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August 2014
Issue: March 1, 2004

EDIT THIS! 'QUEER EYE FOR THE STRAIGHT GUY'

By: By Christine Bunish
 

NEW YORK - Charged with giving hope to clueless and style-challenged heterosexuals, the witty and urbane Fab Five from Queer Eye for the Straight Guy display boundless energy and good humor. Those attributes are shared by the hardworking video and audio post teams that bring The Fab Five's makeovers to fans eagerly awaiting the next episode of the feel-good reality hit.

Produced by Bravo and Scout Productions www.scoutvision.com/of Boston and New York, Queer Eye is currently airing its third cycle of programs on Bravo cable and NBC. Shot primarily with two Sony DSR-570 DVCAM cameras, each episode unfolds over a four-day period. Sony PD-150 Mini DV cameras are also used to capture action in close quarters such as closets and bathrooms.

THE EDITING


Editors Brad Holmes and Michael LaHaie (L-R) cut Queer Eye on Media Composer Meridiens.
Five to six weeks are devoted to offlining each episode. "We wish it was longer," says supervising producer Lynn Sadofsky. The pace of the series is rapid: There may be as many as 1,000 cuts in a 45-minute episode. "There's an overall sense of urgency - The Fab Five running out of their car and into the straight guy's house, racing into stores - and that's reflected in the way we edit," she notes.

Post production offices for Queer Eye are on the premises of New York City's Postworks www.pwny.com/, which handles the offline (Avid Media Composer Meridiens), online (Avid Symphony) and color correction (da Vinci 2K).

The show is unscripted. "You never know what you're going to get in the field," explains post production associate producer Hayli Halper. "But after the shoot the directors give the editors a fleshed out outline with story points they feel are the strongest to focus on." That helps the editors sort through as much as 25 hours of multicam footage.

For senior editors Brad Holmes and Michael LaHaie, the first act poses the biggest challenge. "It's making order out of chaos," says Holmes. "We have to set up the entire show in 10 minutes: introduce The Fab Five, introduce the straight guy and his story, explore the house, set up the rest of the story. And there are lots of continuity issues: We have to create a realtime environment with everyone in the house at the same time, giving each of The Fab Five their moments, while avoiding any sort of jump cuts from room to room. And on top of that, we have to strike a balance between the humor, the emotion and the story."

"I've never cut something that's such a house of cards, something that can fall apart if you lose one shot," notes LaHaie. "The show really engages you as an editor with the creative challenge of that first act." Because there's not enough time to explore all the options, "you have to make decisions with confidence and move on," he emphasizes.


The Fab Five and a straight guy (in black vest): Postworks edits and Sync Sound provides audio post.
Postworks' colorist, Eric Alvarado, performs tape-to-tape color correction with a da Vinci 2K. Previous cycles of shows were color corrected in Symphony. "We're very happy that we've been able to begin color correcting in the da Vinci," says Sadofsky. "It's amazing the amount of control you have with it" to deal with location lighting issues.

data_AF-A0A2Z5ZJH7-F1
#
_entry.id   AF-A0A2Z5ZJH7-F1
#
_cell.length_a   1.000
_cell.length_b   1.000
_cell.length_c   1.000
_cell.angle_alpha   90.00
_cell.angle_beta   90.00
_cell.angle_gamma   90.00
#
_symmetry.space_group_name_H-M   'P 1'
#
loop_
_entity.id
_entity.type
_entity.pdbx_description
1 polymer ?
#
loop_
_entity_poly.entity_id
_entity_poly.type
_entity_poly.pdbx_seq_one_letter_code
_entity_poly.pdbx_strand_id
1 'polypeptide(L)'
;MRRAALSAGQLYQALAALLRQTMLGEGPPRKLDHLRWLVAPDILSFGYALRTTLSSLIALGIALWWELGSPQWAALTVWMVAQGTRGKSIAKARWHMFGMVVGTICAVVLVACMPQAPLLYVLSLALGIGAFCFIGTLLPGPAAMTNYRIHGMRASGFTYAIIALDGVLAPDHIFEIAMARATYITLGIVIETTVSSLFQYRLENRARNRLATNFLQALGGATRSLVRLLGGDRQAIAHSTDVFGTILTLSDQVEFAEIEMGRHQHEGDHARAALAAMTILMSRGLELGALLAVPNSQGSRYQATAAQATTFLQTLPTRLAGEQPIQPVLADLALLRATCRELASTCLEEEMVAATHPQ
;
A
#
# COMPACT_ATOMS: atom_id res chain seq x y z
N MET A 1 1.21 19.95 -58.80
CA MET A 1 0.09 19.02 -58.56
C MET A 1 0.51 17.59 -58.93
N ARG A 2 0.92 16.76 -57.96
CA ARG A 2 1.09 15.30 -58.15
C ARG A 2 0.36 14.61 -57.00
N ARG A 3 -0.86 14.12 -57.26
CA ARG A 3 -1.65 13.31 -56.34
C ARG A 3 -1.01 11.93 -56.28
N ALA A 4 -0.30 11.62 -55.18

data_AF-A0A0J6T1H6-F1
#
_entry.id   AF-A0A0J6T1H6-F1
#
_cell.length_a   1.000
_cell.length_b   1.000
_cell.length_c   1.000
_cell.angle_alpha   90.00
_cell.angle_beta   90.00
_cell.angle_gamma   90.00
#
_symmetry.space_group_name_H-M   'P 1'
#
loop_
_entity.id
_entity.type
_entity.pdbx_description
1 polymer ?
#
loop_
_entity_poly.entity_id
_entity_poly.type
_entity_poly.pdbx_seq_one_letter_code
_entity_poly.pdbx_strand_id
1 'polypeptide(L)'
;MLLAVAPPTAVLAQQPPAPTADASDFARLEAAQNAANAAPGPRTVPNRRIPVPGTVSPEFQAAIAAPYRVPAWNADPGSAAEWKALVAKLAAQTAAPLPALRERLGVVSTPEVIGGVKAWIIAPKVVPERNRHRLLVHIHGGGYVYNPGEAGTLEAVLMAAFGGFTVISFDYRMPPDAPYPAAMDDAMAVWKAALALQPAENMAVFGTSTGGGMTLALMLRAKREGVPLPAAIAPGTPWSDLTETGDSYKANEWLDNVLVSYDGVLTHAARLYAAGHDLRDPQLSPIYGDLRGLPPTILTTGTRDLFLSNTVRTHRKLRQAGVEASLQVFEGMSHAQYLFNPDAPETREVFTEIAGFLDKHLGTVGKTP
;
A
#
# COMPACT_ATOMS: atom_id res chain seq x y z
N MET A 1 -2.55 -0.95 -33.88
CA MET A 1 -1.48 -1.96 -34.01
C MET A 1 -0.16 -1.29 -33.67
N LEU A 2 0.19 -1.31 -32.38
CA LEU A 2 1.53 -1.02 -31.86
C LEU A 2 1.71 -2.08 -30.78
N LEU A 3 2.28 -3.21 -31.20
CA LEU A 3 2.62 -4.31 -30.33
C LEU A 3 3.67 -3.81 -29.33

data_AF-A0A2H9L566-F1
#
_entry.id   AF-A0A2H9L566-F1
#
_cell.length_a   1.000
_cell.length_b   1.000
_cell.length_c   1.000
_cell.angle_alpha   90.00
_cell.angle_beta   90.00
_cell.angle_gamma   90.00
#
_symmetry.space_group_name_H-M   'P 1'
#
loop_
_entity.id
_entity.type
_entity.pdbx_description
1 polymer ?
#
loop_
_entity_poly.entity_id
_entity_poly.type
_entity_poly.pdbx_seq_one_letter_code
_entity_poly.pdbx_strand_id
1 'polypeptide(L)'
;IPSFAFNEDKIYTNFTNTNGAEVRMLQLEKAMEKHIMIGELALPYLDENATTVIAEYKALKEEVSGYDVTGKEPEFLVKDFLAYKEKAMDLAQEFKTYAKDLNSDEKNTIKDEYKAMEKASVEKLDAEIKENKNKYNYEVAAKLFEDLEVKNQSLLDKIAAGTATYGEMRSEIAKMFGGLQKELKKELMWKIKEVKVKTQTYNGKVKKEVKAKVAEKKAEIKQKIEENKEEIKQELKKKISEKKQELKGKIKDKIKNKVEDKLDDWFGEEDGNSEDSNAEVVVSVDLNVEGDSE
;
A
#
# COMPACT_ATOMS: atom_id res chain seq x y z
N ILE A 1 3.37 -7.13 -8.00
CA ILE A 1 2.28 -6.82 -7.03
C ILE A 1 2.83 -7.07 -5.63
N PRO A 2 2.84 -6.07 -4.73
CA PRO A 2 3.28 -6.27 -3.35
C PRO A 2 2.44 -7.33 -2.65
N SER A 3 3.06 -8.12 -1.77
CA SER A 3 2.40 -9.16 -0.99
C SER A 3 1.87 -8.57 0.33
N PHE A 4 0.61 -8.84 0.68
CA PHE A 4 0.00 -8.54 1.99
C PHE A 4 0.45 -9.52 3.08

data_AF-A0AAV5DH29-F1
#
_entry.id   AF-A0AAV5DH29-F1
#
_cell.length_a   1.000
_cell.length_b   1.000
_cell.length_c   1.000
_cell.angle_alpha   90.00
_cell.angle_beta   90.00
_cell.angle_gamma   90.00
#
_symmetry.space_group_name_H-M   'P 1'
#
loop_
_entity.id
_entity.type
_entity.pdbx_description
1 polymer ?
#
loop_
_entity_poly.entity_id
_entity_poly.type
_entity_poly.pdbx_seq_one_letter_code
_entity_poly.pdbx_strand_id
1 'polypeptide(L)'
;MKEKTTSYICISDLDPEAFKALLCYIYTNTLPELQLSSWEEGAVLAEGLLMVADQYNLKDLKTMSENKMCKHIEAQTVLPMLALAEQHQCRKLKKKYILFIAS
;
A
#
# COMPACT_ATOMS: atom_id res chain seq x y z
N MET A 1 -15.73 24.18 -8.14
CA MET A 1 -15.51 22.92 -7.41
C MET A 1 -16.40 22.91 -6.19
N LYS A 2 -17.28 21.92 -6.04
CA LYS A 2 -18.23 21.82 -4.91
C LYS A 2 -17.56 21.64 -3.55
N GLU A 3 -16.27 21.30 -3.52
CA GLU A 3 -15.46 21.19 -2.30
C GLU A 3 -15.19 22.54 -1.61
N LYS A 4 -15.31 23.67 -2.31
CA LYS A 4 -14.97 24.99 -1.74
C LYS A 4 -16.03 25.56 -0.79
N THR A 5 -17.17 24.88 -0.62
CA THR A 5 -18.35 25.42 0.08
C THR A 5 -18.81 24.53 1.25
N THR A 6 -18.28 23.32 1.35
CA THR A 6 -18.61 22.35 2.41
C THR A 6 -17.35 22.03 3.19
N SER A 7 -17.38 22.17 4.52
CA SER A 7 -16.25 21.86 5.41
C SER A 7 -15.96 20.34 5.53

Conforming in Avid Symphony, usually with Postworks editor Chris Mole, is "fairly seamless," Holmes reports. Mole also incorporates Adobe After Effects graphics.

THE AUDIO POST

Viewers tend to think Queer Eye is a music-intensive series but LaHaie believes "it may be less music driven than other one-hour shows because we don't use wallpaper music. But people do notice our music more." Episodes feature music by Widelife, including variations on their main title theme and licensed pop music appropriate to the straight guy and his story.

Manhattan's Sync Sound has done the series' audio post since its debut. "The producers of Queer Eye are very sound conscious," says mixer/partner Ken Hahn.

That's no mean feat when there may be as many as six mics open at any time recording to TASCAM DA-88. "Part of the fun is the banter and quips," Hahn reminds us. "It's all in the timing and delivery."

The Fab Five's car is outfitted with hidden mics, and body mics accompany straight guys getting their hair cut and their bodies tanned. Hahn and colleagues Tony Pipitone, James Redding and Grant Maxwell use Digidesign Pro Tools' EQ and filtering to eliminate the hits, pops and clicks inherent in body mics. They dip into their bag of tricks to give perspective to participants' voices, which might otherwise sound flat with the plethora of body mics.

After receiving the video editors' OMFs with eight channels of audio, Hahn and crew edit the sound in Pro Tools 5.3 and mix with Digi's ProControl surface or AMS Neve Logic 2, depending on the engineer. Keen on maintaining the energy established by the video edit, they dig up extra sound from off camera, finesse and polish the music and add custom organic sound design to transitions between acts and before-and-after shots. The stereo mix is laid back to Digi Beta for broadcast.

"Queer Eye is one of the most difficult shows I've ever worked on," concludes Holmes. "It's a real challenge, but the reward is great."